The raku pottery technique has it's origins in Japan. Raku potters were producing wares expressively for the Japanese tea ceremony. Raku,meaning "pleasure" or "enjoyment", was not introduced to the western world until the first half of the 20th century.
Raku is a process of taking pots, while they are still glowing red from the kiln, and placing them immediately into containers filled with combustible materials such as sawdust, dried leaves, newspaper, etc. A reduction or carbonization process begins once the red hot pots ignite the combustible materials. Lids are then put on the containers to create a totally smoke filled atmosphere. The result is that any unglazed areas on the pots will absorb and turn black from the smoke. During this extreme temperature change of cooling down, crazing or cracking occurs on many of the glazed areas on the pots. During the burning and reduction phase, the heat is so intense that the glaze surface becomes tarnished with soot. The final phase of the raku process is the cleaning. Cleaners, toothbrushes, and scouring pads have to be used to scrub clean, all glazed areas. Only at this time can you appreciate the end result.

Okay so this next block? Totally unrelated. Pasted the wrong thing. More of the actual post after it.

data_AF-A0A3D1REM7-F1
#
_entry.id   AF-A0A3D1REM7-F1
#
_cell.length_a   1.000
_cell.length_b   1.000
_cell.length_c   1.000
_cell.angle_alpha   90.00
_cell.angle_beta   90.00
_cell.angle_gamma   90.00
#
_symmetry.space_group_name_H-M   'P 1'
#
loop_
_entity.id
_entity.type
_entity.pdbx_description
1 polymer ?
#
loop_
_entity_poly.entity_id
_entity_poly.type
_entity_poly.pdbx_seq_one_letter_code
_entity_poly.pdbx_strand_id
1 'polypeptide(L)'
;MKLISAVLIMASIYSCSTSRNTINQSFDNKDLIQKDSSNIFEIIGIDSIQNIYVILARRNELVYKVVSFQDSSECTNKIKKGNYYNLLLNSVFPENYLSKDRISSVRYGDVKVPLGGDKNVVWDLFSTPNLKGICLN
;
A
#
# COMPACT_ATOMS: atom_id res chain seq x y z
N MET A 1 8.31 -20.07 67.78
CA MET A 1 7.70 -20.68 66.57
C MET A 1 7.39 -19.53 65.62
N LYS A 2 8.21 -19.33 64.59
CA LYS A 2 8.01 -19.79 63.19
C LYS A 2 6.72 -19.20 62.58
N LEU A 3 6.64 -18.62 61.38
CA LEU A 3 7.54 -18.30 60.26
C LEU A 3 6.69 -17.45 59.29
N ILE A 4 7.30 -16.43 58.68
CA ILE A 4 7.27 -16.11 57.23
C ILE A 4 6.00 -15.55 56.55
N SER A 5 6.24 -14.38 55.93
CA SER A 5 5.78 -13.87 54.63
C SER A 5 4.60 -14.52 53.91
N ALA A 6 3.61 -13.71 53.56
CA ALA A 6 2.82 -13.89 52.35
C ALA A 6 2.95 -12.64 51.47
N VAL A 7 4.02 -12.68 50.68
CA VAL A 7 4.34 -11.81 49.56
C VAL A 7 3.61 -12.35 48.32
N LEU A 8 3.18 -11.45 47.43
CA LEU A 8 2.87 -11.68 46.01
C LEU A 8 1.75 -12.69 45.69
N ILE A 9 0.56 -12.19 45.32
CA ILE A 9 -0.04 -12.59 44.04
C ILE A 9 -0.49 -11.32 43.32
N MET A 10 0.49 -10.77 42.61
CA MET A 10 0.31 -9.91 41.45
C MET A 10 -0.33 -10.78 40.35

Short video of Bill Herb during the raku process. (Grandson watching!)